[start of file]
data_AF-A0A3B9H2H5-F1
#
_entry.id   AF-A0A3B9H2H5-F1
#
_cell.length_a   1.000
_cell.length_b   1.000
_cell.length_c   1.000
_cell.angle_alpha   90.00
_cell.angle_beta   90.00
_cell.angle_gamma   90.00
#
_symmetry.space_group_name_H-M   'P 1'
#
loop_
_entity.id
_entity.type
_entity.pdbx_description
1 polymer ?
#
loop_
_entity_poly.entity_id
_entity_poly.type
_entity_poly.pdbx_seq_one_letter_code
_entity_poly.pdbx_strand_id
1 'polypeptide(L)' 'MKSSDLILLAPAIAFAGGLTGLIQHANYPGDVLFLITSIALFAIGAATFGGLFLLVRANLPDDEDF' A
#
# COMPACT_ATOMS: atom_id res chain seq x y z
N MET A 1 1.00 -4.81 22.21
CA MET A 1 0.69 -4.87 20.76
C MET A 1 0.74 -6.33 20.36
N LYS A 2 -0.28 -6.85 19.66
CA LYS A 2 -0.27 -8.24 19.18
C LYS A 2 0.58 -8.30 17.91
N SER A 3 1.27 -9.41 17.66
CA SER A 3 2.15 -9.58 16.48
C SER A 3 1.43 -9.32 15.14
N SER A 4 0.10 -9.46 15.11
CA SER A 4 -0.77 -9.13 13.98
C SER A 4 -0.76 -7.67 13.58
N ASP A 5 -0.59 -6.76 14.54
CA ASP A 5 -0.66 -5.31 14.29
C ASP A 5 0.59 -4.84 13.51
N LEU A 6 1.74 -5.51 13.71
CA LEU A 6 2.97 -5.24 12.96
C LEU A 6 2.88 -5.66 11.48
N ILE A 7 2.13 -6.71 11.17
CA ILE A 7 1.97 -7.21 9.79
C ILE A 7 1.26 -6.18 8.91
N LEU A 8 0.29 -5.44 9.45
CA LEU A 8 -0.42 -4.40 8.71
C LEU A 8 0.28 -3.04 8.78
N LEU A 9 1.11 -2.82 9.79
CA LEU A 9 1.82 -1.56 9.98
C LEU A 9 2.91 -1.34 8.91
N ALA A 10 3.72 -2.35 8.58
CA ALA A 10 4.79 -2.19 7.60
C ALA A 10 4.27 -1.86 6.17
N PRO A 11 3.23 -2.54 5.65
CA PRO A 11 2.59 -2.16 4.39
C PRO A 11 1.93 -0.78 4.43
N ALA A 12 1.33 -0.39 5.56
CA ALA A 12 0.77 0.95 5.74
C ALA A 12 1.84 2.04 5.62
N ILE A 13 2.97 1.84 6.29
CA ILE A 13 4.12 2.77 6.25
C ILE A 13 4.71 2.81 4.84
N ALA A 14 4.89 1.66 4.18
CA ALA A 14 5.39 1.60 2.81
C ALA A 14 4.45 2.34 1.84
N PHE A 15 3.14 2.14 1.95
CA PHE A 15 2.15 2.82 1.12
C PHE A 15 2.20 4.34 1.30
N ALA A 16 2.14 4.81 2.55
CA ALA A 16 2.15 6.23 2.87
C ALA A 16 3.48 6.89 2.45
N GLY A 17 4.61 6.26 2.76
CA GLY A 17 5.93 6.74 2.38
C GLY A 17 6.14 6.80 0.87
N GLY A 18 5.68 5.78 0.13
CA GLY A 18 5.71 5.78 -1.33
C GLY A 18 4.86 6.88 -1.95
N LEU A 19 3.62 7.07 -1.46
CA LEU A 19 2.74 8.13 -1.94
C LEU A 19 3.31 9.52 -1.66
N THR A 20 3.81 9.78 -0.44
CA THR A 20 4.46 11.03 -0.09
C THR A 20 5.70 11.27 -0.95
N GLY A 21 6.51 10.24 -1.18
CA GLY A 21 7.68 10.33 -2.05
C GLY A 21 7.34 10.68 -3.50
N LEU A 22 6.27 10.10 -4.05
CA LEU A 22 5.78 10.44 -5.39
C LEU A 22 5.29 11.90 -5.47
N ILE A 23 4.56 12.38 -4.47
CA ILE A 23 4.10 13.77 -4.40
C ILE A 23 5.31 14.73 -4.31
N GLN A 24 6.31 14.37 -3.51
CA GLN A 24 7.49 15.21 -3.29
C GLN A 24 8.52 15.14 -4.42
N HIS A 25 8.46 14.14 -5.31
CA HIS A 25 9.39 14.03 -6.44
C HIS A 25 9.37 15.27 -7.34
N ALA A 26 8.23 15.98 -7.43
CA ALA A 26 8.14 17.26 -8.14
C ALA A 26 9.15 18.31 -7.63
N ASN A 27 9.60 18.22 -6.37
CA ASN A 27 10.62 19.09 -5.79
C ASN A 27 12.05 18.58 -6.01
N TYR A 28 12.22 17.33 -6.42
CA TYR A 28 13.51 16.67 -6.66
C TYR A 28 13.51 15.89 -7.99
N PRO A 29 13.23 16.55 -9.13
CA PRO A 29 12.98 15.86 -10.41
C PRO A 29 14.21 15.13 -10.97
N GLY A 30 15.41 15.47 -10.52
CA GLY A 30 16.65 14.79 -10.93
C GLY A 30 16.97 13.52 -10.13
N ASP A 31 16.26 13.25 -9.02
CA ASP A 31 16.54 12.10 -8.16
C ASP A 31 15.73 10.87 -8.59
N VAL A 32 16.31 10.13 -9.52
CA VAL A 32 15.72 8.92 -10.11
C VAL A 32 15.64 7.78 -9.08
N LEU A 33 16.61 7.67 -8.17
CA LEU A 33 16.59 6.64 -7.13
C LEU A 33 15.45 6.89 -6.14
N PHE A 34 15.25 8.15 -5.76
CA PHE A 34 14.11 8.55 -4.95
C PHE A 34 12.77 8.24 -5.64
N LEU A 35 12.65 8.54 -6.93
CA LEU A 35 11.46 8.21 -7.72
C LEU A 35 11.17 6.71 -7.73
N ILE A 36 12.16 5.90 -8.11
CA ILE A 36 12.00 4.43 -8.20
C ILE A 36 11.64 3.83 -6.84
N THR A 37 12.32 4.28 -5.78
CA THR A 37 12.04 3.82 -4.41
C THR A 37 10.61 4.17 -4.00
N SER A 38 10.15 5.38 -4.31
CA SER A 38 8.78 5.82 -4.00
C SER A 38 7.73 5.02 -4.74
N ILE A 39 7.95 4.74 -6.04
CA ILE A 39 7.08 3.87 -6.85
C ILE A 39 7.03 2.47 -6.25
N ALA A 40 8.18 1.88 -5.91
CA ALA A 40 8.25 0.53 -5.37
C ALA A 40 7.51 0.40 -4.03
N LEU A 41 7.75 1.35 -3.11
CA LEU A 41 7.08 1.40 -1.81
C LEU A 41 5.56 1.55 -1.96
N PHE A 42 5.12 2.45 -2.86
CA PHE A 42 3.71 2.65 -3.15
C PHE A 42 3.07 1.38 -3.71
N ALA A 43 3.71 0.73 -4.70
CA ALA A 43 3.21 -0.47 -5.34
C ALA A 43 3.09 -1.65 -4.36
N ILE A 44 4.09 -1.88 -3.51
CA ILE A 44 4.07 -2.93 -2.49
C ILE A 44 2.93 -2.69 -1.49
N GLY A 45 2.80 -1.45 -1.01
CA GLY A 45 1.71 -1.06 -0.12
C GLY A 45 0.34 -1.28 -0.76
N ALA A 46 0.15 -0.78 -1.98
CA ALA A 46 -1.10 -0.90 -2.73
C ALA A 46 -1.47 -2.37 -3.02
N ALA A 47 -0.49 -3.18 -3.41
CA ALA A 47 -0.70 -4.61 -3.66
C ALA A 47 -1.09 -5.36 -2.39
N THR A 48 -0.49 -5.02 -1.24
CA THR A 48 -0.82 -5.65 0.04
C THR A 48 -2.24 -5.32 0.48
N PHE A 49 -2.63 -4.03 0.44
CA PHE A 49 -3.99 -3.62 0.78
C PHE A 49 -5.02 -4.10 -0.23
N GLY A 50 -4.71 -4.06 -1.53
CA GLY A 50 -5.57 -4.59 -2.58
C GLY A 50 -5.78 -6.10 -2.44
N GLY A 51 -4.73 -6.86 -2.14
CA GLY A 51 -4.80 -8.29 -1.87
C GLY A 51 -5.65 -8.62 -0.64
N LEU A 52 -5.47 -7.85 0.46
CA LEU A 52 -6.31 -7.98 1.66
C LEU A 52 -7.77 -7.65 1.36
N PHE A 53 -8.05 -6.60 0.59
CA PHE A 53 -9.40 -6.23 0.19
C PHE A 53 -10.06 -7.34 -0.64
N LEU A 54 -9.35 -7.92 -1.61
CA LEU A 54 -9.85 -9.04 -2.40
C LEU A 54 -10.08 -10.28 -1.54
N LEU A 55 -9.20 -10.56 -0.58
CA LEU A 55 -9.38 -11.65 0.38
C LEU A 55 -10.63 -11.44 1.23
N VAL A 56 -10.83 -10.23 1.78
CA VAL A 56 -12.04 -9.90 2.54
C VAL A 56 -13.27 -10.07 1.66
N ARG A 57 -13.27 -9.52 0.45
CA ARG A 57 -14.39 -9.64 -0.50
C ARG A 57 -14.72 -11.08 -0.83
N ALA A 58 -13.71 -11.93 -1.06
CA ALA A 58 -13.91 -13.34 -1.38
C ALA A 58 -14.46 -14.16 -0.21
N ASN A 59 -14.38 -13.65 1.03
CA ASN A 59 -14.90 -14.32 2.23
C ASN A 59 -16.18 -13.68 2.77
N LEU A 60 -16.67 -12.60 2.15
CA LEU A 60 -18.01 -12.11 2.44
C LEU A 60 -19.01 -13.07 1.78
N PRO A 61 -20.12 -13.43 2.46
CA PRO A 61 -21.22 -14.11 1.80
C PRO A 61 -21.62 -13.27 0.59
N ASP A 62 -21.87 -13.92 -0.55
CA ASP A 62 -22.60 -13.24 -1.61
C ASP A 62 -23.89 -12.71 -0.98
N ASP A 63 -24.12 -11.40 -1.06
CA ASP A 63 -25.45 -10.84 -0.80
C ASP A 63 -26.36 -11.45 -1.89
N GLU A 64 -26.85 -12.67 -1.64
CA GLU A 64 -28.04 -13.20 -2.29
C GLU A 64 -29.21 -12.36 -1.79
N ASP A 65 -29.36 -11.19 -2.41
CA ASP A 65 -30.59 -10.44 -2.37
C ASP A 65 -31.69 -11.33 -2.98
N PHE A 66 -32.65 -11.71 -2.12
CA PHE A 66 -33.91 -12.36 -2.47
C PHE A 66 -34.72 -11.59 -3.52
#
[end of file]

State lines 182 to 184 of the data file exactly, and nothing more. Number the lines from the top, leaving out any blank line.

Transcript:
CA LEU A 52 -6.31 -7.98 1.66
C LEU A 52 -7.77 -7.65 1.36
N PHE A 53 -8.05 -6.60 0.59